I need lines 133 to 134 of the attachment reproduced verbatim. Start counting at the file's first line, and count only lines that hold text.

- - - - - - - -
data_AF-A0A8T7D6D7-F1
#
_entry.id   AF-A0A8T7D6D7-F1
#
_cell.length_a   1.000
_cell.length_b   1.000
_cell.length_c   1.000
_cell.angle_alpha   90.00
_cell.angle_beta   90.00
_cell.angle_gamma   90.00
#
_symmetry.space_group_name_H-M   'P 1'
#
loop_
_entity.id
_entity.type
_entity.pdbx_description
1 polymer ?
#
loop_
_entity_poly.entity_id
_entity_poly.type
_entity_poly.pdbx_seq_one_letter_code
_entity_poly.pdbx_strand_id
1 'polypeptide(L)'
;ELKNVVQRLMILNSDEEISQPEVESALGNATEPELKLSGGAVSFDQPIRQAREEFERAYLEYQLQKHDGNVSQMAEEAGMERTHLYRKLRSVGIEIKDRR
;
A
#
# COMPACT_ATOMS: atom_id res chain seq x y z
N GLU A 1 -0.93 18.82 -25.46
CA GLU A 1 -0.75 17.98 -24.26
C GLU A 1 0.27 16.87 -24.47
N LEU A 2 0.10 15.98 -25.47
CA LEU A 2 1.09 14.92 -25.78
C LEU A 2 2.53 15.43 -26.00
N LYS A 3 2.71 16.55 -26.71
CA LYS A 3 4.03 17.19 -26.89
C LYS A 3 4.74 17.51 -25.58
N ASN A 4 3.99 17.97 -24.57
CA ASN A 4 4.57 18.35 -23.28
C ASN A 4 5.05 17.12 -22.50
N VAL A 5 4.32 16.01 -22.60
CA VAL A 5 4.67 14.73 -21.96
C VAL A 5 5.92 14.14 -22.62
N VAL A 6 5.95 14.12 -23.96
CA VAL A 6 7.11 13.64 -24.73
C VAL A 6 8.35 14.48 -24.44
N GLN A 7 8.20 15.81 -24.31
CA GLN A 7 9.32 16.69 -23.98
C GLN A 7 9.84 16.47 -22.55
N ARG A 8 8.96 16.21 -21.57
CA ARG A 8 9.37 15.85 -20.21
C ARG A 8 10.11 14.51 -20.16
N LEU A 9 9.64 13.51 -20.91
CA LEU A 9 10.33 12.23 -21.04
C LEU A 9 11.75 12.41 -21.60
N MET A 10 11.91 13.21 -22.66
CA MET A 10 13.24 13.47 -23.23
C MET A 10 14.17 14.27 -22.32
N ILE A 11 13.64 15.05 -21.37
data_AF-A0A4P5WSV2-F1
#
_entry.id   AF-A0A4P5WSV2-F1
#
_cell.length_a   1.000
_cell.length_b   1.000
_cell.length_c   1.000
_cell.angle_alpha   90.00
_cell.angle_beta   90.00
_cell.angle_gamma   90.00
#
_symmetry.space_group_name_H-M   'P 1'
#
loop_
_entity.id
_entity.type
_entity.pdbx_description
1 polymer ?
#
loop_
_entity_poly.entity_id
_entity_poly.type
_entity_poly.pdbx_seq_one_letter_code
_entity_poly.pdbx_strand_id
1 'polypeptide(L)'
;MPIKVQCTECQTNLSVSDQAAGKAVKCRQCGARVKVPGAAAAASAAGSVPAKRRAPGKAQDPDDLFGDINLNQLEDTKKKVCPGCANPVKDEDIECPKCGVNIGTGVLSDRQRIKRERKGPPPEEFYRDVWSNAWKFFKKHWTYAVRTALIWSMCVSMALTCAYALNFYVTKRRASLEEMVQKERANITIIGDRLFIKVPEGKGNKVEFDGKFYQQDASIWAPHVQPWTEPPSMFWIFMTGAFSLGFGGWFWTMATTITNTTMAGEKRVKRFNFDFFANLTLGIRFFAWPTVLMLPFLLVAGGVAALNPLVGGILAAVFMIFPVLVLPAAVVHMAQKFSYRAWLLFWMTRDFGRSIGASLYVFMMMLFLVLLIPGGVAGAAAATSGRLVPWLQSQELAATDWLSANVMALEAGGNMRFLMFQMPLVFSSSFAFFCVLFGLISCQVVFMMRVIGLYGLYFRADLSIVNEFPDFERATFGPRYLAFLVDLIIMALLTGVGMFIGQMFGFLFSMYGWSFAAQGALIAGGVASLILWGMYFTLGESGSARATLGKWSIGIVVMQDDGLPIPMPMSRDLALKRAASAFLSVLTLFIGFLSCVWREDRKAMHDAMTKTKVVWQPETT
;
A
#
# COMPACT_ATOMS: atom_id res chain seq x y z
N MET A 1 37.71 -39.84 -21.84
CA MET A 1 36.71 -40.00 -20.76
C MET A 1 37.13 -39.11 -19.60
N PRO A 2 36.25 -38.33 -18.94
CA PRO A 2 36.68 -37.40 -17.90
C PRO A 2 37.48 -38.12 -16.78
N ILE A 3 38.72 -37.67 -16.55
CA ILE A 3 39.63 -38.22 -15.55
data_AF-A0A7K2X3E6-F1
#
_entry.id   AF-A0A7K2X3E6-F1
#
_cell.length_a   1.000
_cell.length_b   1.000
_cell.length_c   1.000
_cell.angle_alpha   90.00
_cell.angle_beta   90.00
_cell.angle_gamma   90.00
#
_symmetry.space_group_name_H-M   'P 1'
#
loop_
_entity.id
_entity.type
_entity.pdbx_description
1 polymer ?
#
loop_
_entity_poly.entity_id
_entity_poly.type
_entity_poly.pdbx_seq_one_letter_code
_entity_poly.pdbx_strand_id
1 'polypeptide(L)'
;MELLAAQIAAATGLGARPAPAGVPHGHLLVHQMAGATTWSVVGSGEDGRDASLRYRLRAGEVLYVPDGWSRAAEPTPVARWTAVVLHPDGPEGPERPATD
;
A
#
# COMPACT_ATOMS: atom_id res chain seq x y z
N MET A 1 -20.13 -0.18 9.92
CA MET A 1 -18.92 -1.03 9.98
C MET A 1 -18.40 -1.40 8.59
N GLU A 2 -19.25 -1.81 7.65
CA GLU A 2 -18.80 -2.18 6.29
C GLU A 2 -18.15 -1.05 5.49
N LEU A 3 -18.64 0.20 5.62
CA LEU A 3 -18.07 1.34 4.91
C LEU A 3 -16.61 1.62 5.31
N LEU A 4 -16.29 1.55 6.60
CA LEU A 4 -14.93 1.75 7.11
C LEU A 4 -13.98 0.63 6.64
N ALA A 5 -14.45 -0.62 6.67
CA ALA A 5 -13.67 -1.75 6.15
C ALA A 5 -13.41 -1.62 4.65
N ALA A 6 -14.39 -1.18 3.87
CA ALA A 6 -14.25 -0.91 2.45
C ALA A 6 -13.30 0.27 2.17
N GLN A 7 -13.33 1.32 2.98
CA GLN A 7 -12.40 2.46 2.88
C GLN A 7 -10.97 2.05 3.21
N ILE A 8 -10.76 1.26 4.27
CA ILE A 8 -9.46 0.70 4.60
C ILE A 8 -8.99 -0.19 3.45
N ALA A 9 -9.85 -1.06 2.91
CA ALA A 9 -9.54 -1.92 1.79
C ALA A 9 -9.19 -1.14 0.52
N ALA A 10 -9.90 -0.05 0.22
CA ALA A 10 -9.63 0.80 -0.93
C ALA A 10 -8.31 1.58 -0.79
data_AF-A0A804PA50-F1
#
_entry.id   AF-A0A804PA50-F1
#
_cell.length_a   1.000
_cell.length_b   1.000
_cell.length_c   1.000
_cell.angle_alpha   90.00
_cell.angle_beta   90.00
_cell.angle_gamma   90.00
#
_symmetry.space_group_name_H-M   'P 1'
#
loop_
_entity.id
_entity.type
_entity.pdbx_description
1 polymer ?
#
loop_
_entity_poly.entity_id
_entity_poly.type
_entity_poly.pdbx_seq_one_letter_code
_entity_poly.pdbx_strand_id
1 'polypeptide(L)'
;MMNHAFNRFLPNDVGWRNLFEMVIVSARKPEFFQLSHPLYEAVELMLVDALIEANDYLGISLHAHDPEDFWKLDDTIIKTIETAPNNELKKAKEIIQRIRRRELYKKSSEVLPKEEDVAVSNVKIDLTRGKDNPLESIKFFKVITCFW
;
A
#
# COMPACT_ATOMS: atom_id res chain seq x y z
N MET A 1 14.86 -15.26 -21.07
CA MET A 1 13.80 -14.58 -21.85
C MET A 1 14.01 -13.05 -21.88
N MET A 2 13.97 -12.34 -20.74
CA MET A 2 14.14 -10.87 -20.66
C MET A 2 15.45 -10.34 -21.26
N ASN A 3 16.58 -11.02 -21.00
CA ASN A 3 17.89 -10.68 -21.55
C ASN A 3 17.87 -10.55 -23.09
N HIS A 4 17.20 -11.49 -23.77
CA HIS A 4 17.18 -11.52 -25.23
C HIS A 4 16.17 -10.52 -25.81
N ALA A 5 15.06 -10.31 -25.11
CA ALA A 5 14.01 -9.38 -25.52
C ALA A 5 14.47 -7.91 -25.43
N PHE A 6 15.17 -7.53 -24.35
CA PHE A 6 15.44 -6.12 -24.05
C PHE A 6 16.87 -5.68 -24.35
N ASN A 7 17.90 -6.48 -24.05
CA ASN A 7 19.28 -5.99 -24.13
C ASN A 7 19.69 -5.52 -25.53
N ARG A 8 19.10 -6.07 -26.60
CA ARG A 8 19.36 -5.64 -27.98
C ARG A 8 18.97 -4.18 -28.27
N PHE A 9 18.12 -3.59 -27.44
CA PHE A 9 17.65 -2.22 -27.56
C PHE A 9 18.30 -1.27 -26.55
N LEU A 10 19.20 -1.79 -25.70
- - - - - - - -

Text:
N GLU A 2 -19.25 -1.81 7.65
CA GLU A 2 -18.80 -2.18 6.29